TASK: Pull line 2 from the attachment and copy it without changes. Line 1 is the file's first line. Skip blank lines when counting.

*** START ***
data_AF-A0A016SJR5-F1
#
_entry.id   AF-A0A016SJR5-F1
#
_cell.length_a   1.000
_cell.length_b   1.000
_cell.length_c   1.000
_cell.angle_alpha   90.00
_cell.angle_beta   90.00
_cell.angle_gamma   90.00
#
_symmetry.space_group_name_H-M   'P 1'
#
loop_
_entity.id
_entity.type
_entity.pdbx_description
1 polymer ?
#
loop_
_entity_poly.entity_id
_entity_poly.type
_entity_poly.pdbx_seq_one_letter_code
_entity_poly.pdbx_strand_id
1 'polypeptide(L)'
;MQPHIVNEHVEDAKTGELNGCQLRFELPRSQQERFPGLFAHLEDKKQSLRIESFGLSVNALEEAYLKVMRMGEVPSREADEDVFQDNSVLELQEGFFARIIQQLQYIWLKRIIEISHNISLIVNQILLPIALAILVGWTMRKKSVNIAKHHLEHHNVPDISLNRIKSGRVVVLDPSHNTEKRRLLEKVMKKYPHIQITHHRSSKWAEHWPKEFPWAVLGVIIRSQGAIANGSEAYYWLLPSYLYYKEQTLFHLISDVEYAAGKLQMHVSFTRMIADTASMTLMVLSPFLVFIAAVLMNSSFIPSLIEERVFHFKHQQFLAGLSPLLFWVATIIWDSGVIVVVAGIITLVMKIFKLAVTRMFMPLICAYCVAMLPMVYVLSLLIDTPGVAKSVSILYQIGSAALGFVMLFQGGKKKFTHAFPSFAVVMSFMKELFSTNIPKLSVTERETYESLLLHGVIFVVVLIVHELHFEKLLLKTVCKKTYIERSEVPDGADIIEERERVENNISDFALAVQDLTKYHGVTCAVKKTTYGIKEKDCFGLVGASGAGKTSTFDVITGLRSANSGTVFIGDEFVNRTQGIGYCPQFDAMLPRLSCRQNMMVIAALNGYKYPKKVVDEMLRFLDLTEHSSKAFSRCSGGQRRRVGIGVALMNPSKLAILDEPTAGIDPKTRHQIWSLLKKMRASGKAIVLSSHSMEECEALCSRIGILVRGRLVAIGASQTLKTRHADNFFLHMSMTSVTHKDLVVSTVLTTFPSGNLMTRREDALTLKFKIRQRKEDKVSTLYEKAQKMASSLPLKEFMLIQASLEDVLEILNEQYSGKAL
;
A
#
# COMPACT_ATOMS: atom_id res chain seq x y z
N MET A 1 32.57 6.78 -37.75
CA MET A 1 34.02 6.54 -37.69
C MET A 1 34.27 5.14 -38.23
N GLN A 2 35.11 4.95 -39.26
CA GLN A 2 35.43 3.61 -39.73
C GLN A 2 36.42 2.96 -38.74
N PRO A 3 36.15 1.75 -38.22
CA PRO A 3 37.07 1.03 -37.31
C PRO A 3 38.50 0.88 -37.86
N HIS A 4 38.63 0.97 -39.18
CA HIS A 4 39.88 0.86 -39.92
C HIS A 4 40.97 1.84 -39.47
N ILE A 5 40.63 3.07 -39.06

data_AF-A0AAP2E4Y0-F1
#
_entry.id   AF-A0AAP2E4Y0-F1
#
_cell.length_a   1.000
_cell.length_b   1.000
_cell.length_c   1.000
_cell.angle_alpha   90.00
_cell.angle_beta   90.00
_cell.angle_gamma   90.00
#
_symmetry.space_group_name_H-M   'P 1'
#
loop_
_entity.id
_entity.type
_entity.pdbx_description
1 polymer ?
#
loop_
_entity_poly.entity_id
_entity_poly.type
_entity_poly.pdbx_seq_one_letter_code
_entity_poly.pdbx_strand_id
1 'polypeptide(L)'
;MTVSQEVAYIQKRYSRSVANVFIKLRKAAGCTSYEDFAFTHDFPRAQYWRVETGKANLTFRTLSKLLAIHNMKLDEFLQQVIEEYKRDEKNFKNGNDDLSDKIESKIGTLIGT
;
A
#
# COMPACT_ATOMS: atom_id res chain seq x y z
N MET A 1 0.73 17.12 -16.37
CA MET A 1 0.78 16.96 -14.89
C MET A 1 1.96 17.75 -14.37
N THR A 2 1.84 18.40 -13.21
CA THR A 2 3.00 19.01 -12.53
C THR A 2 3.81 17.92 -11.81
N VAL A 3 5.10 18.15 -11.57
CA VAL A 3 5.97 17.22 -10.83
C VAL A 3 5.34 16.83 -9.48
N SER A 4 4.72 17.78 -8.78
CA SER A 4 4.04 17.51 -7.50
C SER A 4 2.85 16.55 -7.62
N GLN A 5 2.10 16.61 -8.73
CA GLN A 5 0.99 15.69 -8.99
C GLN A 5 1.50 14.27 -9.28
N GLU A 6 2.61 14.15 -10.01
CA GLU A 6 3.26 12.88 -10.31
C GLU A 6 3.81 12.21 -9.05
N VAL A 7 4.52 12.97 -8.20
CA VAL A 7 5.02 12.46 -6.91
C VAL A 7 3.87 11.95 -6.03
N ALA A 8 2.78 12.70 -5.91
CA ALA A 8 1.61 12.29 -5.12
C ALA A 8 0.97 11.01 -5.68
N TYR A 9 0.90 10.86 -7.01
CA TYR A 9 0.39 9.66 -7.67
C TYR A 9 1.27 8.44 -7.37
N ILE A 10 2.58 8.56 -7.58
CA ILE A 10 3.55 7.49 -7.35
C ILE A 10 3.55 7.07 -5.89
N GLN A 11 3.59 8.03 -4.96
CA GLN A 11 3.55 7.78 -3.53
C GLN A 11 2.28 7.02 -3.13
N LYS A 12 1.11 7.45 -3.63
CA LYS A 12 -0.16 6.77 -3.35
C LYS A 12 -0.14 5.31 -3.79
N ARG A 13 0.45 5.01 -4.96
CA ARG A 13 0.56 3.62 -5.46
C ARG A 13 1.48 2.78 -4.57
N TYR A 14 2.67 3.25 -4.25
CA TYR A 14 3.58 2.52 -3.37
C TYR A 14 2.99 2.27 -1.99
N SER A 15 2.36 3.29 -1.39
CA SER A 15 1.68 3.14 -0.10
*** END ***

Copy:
#